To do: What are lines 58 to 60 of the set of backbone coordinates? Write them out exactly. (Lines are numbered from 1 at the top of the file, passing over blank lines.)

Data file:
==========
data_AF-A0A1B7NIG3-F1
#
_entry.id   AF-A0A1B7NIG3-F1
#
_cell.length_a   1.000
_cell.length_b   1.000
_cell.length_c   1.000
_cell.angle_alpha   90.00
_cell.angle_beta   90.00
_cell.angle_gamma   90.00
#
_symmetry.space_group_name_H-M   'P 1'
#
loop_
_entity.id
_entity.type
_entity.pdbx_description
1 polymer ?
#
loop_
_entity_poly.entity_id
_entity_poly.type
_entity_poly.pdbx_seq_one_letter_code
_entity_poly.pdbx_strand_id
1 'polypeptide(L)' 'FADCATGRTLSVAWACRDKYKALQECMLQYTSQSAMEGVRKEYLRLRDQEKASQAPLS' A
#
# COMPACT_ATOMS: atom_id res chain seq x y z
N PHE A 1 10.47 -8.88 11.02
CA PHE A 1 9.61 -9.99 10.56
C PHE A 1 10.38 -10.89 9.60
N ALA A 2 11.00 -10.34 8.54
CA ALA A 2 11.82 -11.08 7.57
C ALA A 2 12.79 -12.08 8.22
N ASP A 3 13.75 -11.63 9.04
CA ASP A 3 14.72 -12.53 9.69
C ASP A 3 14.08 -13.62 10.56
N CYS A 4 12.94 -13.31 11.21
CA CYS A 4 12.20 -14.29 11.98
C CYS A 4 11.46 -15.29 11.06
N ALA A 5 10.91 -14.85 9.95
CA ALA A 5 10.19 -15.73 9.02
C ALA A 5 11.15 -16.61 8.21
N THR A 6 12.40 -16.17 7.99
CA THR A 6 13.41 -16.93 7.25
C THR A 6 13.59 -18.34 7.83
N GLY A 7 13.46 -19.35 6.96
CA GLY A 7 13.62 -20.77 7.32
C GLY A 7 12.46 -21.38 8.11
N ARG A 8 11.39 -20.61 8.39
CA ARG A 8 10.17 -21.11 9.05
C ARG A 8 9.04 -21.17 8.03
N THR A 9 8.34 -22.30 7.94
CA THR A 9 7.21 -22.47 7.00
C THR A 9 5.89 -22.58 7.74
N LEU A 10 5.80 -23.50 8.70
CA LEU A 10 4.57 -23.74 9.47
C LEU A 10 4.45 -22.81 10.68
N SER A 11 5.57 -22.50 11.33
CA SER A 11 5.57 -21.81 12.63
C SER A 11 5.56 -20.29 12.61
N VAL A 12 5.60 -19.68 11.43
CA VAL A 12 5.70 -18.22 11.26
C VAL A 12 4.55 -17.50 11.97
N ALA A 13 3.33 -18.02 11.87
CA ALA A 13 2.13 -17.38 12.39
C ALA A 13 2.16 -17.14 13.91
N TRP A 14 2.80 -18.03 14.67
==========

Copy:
N SER A 11 5.57 -22.50 11.33
CA SER A 11 5.57 -21.81 12.63
C SER A 11 5.56 -20.29 12.61